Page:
Tag Archives: Midwife

Birth Story

11 Feb

I’ve been meaning to record our birth story for some time now. I’ve managed to get bits and pieces of it down here and there, but haven’t taken the time to put it into one coherent story. This is probably because it is rather long. So without further ado…the story of Baby E’s birth.

I started having mild contractions on August 8, a Monday night right when I went to bed. By about midnight they were keeping me up – partly because they were mildly uncomfortable and partly because I was a little excited about the commotion in my uterus. Baby E’s due date guesstimation was August 4 and I had grown huge, hot, and a little uncomfortable. I lay in bed and timed contractions for a little while before I decided to get up around 1 a.m. when it was clear to me that I wasn’t going to be sleeping. I got up, drank some water, and took care of a few things I needed to do in the event that this was actual labor and we’d end up heading to the birth center. I had packed a baby bag, but still needed to put some things in a bag for me. And I decided I really needed a playlist on my iPad for labor, so I set about finding some soothing music suitable for bringing a baby into the world. (I settled on Bach Cello Suites, which I am glad to say, is delightful and doesn’t even get annoying when you listen to it for 20 hours straight.) Darion woke up around 2:30 and realized I wasn’t in bed and got up to check on me. When I told him about my contractions, that was pretty much the end of his sleep for the night too.

The contractions got a little stronger, but weren’t that close together (they were about 5 min apart and 45 sec in duration), so I remembered what we learned in our birth class and decided to take a bath, then eat a snack and drink some more water and see what happened. They continued to progress a bit, so I decided I’d try to get a little rest and lie down, but after lying on my side for a while the contractions got stronger. Around 5:30 we decided to check in with Midwife Linda and see what she thought. Of course, she told us that we could come to the birth center whenever we felt we needed to, and we decided to head that way around 8:00 Tuesday morning.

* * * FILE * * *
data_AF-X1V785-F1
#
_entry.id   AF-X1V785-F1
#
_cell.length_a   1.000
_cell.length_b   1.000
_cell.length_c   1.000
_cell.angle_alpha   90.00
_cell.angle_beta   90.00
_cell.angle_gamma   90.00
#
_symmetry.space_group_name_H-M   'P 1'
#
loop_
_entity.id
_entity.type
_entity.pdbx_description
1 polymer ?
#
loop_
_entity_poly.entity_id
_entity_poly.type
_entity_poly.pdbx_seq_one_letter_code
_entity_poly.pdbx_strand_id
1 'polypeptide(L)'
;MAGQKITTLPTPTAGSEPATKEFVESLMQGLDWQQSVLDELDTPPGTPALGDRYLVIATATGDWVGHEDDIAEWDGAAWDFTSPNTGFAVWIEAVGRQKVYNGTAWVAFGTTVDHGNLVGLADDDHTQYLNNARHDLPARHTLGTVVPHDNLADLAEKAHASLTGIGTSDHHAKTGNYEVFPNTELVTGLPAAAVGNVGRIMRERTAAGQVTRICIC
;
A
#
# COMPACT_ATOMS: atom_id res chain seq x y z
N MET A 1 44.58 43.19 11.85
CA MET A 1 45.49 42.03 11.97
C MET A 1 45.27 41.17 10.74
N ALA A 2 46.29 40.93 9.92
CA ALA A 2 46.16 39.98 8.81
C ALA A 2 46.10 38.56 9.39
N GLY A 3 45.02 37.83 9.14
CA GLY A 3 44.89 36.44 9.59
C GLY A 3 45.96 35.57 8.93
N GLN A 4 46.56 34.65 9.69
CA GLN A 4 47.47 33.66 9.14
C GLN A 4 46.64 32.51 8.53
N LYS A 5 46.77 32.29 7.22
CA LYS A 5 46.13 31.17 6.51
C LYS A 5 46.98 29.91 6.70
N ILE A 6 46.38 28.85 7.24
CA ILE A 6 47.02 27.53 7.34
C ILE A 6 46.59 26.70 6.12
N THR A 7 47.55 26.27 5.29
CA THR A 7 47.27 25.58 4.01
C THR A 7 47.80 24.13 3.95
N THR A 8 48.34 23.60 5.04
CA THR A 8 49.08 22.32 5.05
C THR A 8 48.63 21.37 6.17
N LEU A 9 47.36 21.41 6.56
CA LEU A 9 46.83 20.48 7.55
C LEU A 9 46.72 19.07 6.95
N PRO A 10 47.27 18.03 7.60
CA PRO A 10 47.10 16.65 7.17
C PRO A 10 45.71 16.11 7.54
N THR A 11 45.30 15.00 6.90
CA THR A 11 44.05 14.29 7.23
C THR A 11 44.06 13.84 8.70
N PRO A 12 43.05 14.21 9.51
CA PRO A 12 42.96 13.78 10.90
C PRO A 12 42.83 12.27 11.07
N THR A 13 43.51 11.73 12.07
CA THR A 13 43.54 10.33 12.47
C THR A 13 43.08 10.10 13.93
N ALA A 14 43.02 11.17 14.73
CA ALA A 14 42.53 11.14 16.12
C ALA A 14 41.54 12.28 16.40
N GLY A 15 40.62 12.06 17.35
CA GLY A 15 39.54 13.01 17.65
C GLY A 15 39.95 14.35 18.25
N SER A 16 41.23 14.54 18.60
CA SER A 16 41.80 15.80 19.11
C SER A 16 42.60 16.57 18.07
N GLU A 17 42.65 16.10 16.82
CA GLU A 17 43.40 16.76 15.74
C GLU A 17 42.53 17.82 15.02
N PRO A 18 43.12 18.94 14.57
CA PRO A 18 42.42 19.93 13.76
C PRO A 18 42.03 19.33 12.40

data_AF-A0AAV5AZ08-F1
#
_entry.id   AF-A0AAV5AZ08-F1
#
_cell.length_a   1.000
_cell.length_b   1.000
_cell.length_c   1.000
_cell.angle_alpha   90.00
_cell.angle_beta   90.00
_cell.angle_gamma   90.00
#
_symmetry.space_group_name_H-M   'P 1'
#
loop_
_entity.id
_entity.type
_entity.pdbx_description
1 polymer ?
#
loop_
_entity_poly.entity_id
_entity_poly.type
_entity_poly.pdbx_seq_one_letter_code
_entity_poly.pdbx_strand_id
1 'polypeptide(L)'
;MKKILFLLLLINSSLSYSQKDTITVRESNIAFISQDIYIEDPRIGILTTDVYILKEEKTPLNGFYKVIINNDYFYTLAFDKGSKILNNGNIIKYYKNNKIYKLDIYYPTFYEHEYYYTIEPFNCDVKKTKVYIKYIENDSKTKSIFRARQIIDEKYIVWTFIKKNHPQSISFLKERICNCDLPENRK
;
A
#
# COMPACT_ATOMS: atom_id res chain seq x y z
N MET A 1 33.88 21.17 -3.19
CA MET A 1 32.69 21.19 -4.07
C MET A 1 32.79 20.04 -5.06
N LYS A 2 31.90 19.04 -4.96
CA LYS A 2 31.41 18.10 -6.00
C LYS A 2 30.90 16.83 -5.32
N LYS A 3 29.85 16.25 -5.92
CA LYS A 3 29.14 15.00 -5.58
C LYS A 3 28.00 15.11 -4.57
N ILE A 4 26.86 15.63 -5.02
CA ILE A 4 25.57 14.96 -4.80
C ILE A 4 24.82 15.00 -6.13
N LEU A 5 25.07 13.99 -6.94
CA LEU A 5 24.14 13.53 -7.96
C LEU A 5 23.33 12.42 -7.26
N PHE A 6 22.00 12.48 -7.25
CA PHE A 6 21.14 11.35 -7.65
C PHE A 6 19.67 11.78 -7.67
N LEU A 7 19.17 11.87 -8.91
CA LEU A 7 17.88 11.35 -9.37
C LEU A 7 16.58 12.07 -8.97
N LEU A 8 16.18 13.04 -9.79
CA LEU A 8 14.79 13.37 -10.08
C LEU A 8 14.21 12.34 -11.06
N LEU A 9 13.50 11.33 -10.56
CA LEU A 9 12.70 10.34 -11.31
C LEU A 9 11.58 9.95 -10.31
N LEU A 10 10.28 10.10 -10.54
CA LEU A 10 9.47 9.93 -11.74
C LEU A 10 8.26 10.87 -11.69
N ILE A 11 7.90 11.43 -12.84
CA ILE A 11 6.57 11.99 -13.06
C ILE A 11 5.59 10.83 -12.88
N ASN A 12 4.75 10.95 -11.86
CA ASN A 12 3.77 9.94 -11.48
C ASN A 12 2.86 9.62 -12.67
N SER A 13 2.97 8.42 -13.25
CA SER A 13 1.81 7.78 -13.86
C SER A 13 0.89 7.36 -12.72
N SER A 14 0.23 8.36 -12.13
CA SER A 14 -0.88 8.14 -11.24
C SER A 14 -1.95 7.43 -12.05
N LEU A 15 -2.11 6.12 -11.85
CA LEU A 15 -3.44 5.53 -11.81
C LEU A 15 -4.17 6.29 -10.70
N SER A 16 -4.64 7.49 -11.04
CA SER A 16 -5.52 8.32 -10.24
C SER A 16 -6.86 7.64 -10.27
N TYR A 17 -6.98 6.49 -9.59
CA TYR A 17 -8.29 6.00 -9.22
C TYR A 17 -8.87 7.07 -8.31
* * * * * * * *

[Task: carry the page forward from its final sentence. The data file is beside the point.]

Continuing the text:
Linda checked me when I got there and I was at 2 cm, but my contractions were progressing a bit and since we have the drive from Greenville, we decided to stick around for a bit and see what happened. After lunch and a nice long stroll around Westgate Mall and a delicious meal of Chick-Fil-A, we decided to head home and wait it out there for a while. Throughout the afternoon my contractions got stronger and I started needing some help getting through them. Darion and my sister, Kim provided good entertainment and distraction while we waited and were great support in timing contractions and helping me get through them as they grew stronger. We decided to make our way back to the birth center around 5:00 – we probably could’ve waited, but I was pretty uncomfortable and Darion was a little worried about I-85 traffic and the potential of getting stuck and delivering a baby on the side of the interstate. By the time we got back to the birth center I was at only 4 cm, so yeah, we totally could’ve waited at home.

Back at the birth center is where the fun really began. The going was SLOW to say the least. My contractions were fairly regular and seemed to be increasing in intensity, so I felt like we were making pretty good progress. I spent most of the night on my feet – walking, swaying, rolling my hips around – just trying to keep things moving along. I honestly have no idea how on earth I would have made it through labor if I was forced to be on my back the whole time. My contractions were about 2o times worse when I was lying down and I avoided it at all costs.

Contractions were getting stronger, and with that came some nasty back labor. Really, back labor was the worst part of the whole experience, I think. Around 10, Linda suggested I get in the tub for a little rest and pain relief. HEAVEN!! I lounged about in the big tub for a good little while, resting between contractions and enjoying a little break from gravity. But then it was up and back to work.

Heaven is a jetted bath tub.

By this time (maybe 11, midnight?) I had only made it to 6 cm, but my contractions were pretty strong and the back labor was kicking. Darion and Kim got a good workout applying counter pressure to my hips throughout the night. The rolling-pin and tennis balls we brought were definitely put to good use. Since things were moving slowly and the baby wasn’t engaged and my water hadn’t broken, I tried some different positions – on the birth ball, squatting a bit, moving my hips around, lunging – pretty much anything I could remember from birth class that might help scooch the little squirt down. After a couple of hours more of this we found that I was still hanging out at 6 cm.

Oh so much more cozy than a hospital bed.